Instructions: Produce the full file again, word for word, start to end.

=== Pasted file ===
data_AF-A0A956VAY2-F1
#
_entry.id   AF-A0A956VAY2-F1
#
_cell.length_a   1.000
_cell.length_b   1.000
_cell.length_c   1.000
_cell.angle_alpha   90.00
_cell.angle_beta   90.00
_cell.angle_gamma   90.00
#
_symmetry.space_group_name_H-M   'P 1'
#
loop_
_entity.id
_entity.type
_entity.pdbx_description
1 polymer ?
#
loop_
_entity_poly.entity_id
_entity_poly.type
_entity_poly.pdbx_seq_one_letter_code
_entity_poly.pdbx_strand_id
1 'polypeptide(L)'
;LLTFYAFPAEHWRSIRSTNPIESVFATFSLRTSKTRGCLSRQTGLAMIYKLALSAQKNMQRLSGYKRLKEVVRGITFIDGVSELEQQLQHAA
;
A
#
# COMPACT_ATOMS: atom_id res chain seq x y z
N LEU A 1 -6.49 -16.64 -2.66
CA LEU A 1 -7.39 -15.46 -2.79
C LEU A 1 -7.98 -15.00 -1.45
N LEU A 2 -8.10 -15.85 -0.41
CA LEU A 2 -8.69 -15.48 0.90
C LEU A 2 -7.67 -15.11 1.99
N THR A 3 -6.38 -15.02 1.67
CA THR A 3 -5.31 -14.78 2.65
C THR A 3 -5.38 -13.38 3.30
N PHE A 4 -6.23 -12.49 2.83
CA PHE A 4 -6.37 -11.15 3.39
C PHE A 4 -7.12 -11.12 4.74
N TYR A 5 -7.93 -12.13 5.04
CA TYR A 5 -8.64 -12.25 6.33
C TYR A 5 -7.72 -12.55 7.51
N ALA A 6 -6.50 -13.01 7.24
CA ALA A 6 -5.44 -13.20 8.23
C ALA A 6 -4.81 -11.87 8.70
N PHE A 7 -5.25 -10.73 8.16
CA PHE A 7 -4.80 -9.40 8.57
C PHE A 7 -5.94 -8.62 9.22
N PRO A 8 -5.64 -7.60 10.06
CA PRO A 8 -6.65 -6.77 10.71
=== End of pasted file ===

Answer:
data_AF-A0A956VAY2-F1
#
_entry.id   AF-A0A956VAY2-F1
#
_cell.length_a   1.000
_cell.length_b   1.000
_cell.length_c   1.000
_cell.angle_alpha   90.00
_cell.angle_beta   90.00
_cell.angle_gamma   90.00
#
_symmetry.space_group_name_H-M   'P 1'
#
loop_
_entity.id
_entity.type
_entity.pdbx_description
1 polymer ?
#
loop_
_entity_poly.entity_id
_entity_poly.type
_entity_poly.pdbx_seq_one_letter_code
_entity_poly.pdbx_strand_id
1 'polypeptide(L)'
;LLTFYAFPAEHWRSIRSTNPIESVFATFSLRTSKTRGCLSRQTGLAMIYKLALSAQKNMQRLSGYKRLKEVVRGITFIDGVSELEQQLQHAA
;
A
#
# COMPACT_ATOMS: atom_id res chain seq x y z
N LEU A 1 -6.49 -16.64 -2.66
CA LEU A 1 -7.39 -15.46 -2.79
C LEU A 1 -7.98 -15.00 -1.45
N LEU A 2 -8.10 -15.85 -0.41
CA LEU A 2 -8.69 -15.48 0.90
C LEU A 2 -7.67 -15.11 1.99
N THR A 3 -6.38 -15.02 1.67
CA THR A 3 -5.31 -14.78 2.65
C THR A 3 -5.38 -13.38 3.30
N PHE A 4 -6.23 -12.49 2.83
CA PHE A 4 -6.37 -11.15 3.39
C PHE A 4 -7.12 -11.12 4.74
N TYR A 5 -7.93 -12.13 5.04
CA TYR A 5 -8.64 -12.25 6.33
C TYR A 5 -7.72 -12.55 7.51
N ALA A 6 -6.50 -13.01 7.24
CA ALA A 6 -5.44 -13.20 8.23
C ALA A 6 -4.81 -11.87 8.70
N PHE A 7 -5.25 -10.73 8.16
CA PHE A 7 -4.80 -9.40 8.57
C PHE A 7 -5.94 -8.62 9.22
N PRO A 8 -5.64 -7.60 10.06
CA PRO A 8 -6.65 -6.77 10.71